John Grgurich is a regular contributor to The Motley Fool.

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Who is going to bail me out in January when it is either food for my family to stay alive, or fuel oil so we don't freeze to death? All of you Liberal Pumpers please send my kids a buck each, you have so much to give so it seems.

September 05 2012 at 7:10 PM Report abuse rate up rate down Reply

So when crop insurance goes through the roof next year to recover thier losses this year, how many farmers will go under cause they can't afford it? I wish unemployment insurance paid as well as crop insurance......

September 05 2012 at 12:38 AM Report abuse rate up rate down Reply
Terry and Mandy

This article should be used for fertilizer for next years corn and soybean crop. It is a huge pile of horse s__t.

September 04 2012 at 10:01 PM Report abuse rate up rate down Reply

I'm amazed, We get the story, the analytical synopsis, and the product line all in just one short article. Like sprinkling feed in front of a cattle chute. We all just march the right direction. This article is misleading and perfuctory information with a political flair. Armchair politics. How in the world can the American public possibly profit from a 14 Billion dollar debt ? Will this insurance cover all the farms in America or just big business farms with foreign investments ?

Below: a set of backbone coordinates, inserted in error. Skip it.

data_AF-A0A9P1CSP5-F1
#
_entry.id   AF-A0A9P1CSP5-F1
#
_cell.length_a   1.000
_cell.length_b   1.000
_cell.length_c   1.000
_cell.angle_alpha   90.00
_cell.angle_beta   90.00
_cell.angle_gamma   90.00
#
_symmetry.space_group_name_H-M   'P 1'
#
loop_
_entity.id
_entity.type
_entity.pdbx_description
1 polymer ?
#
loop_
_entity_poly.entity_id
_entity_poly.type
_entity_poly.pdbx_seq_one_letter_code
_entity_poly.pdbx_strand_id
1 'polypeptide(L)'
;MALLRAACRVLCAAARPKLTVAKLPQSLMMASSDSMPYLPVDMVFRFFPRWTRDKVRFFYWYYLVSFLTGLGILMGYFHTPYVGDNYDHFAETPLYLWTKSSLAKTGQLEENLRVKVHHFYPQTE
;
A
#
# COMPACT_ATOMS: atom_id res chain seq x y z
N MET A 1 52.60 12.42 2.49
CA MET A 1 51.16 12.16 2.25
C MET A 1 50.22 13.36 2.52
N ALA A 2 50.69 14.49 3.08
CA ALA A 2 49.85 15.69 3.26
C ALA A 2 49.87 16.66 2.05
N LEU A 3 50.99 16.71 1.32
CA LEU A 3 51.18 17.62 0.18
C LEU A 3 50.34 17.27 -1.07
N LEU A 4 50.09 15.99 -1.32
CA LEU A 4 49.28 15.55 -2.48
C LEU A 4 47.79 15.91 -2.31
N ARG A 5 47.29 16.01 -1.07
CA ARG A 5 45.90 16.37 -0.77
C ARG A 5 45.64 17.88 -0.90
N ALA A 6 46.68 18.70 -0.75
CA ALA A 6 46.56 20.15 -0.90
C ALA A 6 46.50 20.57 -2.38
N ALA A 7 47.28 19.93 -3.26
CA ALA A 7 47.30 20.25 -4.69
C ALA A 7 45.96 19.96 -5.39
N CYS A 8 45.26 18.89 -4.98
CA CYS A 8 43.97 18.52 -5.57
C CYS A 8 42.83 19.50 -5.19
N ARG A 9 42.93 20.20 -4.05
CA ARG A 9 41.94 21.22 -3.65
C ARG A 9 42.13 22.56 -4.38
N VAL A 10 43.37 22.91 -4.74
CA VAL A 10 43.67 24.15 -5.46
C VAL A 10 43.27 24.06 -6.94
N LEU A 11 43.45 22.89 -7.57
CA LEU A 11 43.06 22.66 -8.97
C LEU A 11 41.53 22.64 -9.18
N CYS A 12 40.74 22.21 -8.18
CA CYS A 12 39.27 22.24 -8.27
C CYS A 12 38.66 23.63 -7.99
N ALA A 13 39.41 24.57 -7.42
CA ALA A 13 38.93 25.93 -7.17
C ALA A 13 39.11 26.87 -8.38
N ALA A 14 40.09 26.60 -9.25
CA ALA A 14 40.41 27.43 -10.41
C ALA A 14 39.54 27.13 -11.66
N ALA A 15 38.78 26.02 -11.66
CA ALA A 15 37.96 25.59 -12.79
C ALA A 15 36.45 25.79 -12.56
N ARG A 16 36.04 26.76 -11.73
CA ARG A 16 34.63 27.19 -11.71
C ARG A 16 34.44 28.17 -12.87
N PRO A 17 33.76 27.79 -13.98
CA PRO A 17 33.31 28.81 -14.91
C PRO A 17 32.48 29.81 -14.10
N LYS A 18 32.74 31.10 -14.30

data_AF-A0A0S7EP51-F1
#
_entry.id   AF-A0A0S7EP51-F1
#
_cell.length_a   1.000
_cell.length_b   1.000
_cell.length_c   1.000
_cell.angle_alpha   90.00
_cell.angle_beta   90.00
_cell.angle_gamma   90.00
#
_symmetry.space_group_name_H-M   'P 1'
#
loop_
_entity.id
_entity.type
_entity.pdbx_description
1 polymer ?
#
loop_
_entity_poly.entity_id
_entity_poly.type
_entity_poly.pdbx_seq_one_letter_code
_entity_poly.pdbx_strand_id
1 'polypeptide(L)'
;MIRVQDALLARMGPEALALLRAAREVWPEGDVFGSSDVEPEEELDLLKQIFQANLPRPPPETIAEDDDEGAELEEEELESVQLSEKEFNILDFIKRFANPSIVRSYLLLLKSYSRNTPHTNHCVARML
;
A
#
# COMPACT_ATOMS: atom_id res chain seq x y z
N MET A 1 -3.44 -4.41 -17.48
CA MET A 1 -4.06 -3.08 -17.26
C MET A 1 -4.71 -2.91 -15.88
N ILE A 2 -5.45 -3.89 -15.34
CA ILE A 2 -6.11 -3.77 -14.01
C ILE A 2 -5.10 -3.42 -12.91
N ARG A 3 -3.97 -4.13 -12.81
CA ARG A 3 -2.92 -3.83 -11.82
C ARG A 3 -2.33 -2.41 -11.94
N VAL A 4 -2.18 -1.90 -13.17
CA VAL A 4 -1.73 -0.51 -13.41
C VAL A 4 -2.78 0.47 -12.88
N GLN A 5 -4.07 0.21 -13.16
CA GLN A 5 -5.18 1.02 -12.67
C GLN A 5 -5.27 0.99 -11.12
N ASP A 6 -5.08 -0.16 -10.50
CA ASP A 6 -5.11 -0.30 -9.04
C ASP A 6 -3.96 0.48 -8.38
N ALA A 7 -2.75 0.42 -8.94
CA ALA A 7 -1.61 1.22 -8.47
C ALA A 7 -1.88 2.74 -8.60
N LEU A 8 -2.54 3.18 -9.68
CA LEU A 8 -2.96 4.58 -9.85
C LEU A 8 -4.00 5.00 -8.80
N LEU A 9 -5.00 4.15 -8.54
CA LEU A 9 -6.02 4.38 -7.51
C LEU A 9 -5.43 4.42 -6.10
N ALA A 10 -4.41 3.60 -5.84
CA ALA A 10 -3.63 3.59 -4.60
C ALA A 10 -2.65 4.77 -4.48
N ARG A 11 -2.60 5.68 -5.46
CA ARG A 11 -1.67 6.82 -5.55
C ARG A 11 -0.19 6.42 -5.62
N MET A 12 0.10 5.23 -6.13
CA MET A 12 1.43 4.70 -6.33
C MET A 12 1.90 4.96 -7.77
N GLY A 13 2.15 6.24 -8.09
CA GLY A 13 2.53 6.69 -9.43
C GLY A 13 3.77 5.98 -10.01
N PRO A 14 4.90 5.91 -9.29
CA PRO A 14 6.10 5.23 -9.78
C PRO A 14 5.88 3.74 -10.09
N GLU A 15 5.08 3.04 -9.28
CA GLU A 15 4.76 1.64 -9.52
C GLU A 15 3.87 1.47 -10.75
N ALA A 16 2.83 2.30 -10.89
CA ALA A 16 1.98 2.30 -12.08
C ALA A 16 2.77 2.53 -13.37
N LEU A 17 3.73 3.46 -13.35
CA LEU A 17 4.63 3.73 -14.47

September 04 2012 at 4:26 PM Report abuse rate up rate down Reply

The problem is Farmers aren't raising food anymore, there raising corn to be used for Ethenal. We need to protect our food source and quit forcing consumers to use Ethenal. Food prices would be alot more economical. We can live without fuel (would hate to) we can NOT live without food!

September 04 2012 at 2:28 PM Report abuse rate up rate down Reply

Most of this year's crop was, as usual, sold in the futures market before the seed was in the ground. Few farmers will reap any benefit from today's higher prices while they remain obligated to make delivery on those futures sales. Insurance will cover up to only 75% of their loss. Federal insurance does not exist for every crop in every county in the country. A small fruit grower, for example, in a county that produces mostly grain may not be able to obtain government insurance.

September 04 2012 at 2:25 PM Report abuse +4 rate up rate down Reply

Have you thought about what happens next year, and the year after that, if the droughts continue?

September 04 2012 at 2:16 PM Report abuse rate up rate down Reply
Hey Razor

How is there any silver lining to this with the American people?

September 04 2012 at 1:00 PM Report abuse rate up rate down Reply
2 replies to Hey Razor's comment

We pay way less for groceries than most countries pay.

September 04 2012 at 1:26 PM Report abuse -3 rate up rate down Reply

The Farmer will survive to grow the food you need to eat next year, rather than abandone their farms for the lack of income.

September 04 2012 at 1:49 PM Report abuse -2 rate up rate down Reply